Wednesday, February 3, 2010
Hello, Gold Country Sis Tina here. I am going to share one of my collections which I use every day. Vintage Thermometers. Since it is February and winter, and cold, I am always looking at one of my old thermometers to see just how cold it really is. I have a dozen of them, made of plastic, glass, wood, and in many different shapes, sizes and forms. One of the most common is the advertising thermometer, so a lot of mine are advertising various businesses around California.
I just added a thermometer which I forgot to photograph for this post. It is from the Bank Cafe on Main Street Placerville and is a great print of a wagon train crossing a lazy river. I didn't want to leave this lovely thermometer out of my post so I decided to add it in.
Next, I will start with my most uncommon thermometer, which looks like a bath scale. Where your weight would be is the temperature. It is about 7 inches high by 6 1/2 inches wide. I have it hanging in my dining room. I thought perhaps the humidity of a bathroom would make it rust, since the back is metal, and I want it to last. The area around where your feet would go is gold colored metal, and surrounding that is plastic.
The next is a combination thermometer and compass. The compass is on the top of an anchor made out of silver colored plastic. The little illustration at the bottom is of a sailboat and it says San Diego, California. There is a little area at the top where a small card would have fit, and it could have been a little advertisement for a business or even a small calendar. It was missing when I found it so I don't know what it held. I use this in one of the upstairs bathrooms.
The thermometer below is one of my nicest, with a lovely watercolor print of a windmill. It advertises DeVon's Jewelers "Your quality jeweler" Sacramento Marysville Stockton Woodland Oroville.
I have decorated with a Dutch theme in my kitchen, so the above and below thermometers fit in well. The one below is also of a windmill, and is some kind of chalk ware. It also has an indicator for the weather: Rain, Snow, Change or Fair. It says it is going to rain today and so does the weatherman, so I guess it works.
This thermometer below is about 3 1/2 inches square and is made of Bakelite type plastic. It also has the humidity. The humidity is supposed to be ideal today. That sounds good. It advertises E. E. Richter & Son or Emeryville, California. I don't know what kind of business that was.
This is one of my favorite thermometers, because of the scene and also because of the advertisement. It is a silhouette of a cowboy making his meal. The "Power Inn" on Folsom Blvd., Sacramento, California, and the Perkins Service Station are advertised. There is still a Power Inn Road, and also a Folsom-Perkins Road. On the back it says it was made in Newton, Iowa.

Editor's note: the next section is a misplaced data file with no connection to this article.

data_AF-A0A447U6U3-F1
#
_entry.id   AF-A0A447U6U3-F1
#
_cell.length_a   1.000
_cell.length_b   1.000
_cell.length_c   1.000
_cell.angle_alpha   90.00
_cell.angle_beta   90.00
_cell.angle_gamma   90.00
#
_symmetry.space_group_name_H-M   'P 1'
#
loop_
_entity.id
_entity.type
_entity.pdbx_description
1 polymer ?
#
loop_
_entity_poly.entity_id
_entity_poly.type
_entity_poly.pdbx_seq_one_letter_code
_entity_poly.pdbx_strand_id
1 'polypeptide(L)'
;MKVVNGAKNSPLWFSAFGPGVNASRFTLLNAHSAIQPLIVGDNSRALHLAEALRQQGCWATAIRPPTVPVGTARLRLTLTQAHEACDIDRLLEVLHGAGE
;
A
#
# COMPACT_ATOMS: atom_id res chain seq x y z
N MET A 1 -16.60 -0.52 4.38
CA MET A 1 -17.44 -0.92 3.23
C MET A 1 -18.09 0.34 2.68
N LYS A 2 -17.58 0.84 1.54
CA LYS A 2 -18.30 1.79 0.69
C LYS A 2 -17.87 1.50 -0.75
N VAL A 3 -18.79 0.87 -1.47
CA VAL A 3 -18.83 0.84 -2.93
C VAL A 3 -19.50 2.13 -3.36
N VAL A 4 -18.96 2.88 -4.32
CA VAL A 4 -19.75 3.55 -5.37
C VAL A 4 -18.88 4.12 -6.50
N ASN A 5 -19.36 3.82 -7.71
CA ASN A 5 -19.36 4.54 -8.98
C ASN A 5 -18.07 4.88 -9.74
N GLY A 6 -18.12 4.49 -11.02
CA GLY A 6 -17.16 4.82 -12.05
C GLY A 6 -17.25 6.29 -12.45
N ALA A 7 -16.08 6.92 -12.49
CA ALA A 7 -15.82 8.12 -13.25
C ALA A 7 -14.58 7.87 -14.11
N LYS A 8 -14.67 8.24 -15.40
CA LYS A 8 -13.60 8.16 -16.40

This round example below is from my collection of Placerville, California items. I believe it is from the 1950s, since the phone number listed is in the older form. It advertises the Geo. Ritchie Union 76 gas station which is no longer in business. It is made out of red white and blue hard plastic.
The hard yellow plastic key below advertised for a very popular music store once in Placerville, which was run by Mr. Eberle. He taught music lessons to many of Placerville's citizens, and sold and rented instruments. We once rented a piano from Mr. Eberle. I hang this thermometer near my piano, which I inherited from my mother.
Just East of Placerville, between Camino and Pollock Pines, is the little hamlet of Cedar Grove. This somewhat worn wooden thermometer is from the gas company which once was located there. Notice the old phone number. This is probably from the 1940s.
The two thermometers below are very dear to me, since they advertise Dillinger's Furniture Store, which is where the Gold Country Girls Daddy worked. It is no longer in business. These are both made of metal. The one on the left is the older design. The old phone numbers were National 2, and in the Camino area, Niagara 4, which later became 622 and 644.
One last example. A lovely print of a sturdy buck about ready to eat all of my flowers, I'm sure. But first he will tell us the temperature. He is advertising the George Maclin Shell Oil Station. The Shell Station is still in business in Placerville, though it has gone through a few different owners.
I hope you enjoyed my display of my vintage thermometers. And in case you wondered, the temperature here at Lori's house, where I am working on my blog since my computer monitor has decided to go on the fritz, is 68 degrees.